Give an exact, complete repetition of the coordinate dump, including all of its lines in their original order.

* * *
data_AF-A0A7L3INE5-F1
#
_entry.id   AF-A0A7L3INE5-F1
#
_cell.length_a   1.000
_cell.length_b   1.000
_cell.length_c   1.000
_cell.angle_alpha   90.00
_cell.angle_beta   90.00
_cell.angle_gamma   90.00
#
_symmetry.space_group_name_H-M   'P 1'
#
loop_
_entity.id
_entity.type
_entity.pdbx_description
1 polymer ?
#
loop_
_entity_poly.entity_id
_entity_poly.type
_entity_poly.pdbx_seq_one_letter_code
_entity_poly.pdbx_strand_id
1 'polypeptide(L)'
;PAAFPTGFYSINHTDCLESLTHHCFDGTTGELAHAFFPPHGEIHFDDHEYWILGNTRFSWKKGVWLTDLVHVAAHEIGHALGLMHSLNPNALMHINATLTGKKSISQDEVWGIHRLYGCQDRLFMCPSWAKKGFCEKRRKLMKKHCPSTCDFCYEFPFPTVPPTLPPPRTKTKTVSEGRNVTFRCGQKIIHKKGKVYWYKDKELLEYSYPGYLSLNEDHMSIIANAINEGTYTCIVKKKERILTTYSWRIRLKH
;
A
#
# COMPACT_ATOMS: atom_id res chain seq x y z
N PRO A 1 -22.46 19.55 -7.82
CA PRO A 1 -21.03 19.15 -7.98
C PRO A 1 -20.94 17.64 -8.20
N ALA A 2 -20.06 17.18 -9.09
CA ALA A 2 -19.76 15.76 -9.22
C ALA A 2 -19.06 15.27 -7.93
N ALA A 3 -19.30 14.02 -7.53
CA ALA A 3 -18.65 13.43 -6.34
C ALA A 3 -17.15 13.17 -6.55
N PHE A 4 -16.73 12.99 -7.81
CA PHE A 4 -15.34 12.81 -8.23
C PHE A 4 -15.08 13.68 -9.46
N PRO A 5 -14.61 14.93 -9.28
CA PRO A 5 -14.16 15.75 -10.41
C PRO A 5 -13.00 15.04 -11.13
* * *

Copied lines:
data_AF-A0A7L3INE5-F1
#
_entry.id   AF-A0A7L3INE5-F1
#
_cell.length_a   1.000
_cell.length_b   1.000
_cell.length_c   1.000
_cell.angle_alpha   90.00
_cell.angle_beta   90.00
_cell.angle_gamma   90.00
#
_symmetry.space_group_name_H-M   'P 1'
#
loop_
_entity.id
_entity.type
_entity.pdbx_description
1 polymer ?
#
loop_
_entity_poly.entity_id
_entity_poly.type
_entity_poly.pdbx_seq_one_letter_code
_entity_poly.pdbx_strand_id
1 'polypeptide(L)'
;PAAFPTGFYSINHTDCLESLTHHCFDGTTGELAHAFFPPHGEIHFDDHEYWILGNTRFSWKKGVWLTDLVHVAAHEIGHALGLMHSLNPNALMHINATLTGKKSISQDEVWGIHRLYGCQDRLFMCPSWAKKGFCEKRRKLMKKHCPSTCDFCYEFPFPTVPPTLPPPRTKTKTVSEGRNVTFRCGQKIIHKKGKVYWYKDKELLEYSYPGYLSLNEDHMSIIANAINEGTYTCIVKKKERILTTYSWRIRLKH
;
A
#
# COMPACT_ATOMS: atom_id res chain seq x y z
N PRO A 1 -22.46 19.55 -7.82
CA PRO A 1 -21.03 19.15 -7.98
C PRO A 1 -20.94 17.64 -8.20
N ALA A 2 -20.06 17.18 -9.09
CA ALA A 2 -19.76 15.76 -9.22
C ALA A 2 -19.06 15.27 -7.93
N ALA A 3 -19.30 14.02 -7.53
CA ALA A 3 -18.65 13.43 -6.34
C ALA A 3 -17.15 13.17 -6.55
N PHE A 4 -16.73 12.99 -7.81
CA PHE A 4 -15.34 12.81 -8.23
C PHE A 4 -15.08 13.68 -9.46
N PRO A 5 -14.61 14.93 -9.28
CA PRO A 5 -14.16 15.75 -10.41
C PRO A 5 -13.00 15.04 -11.13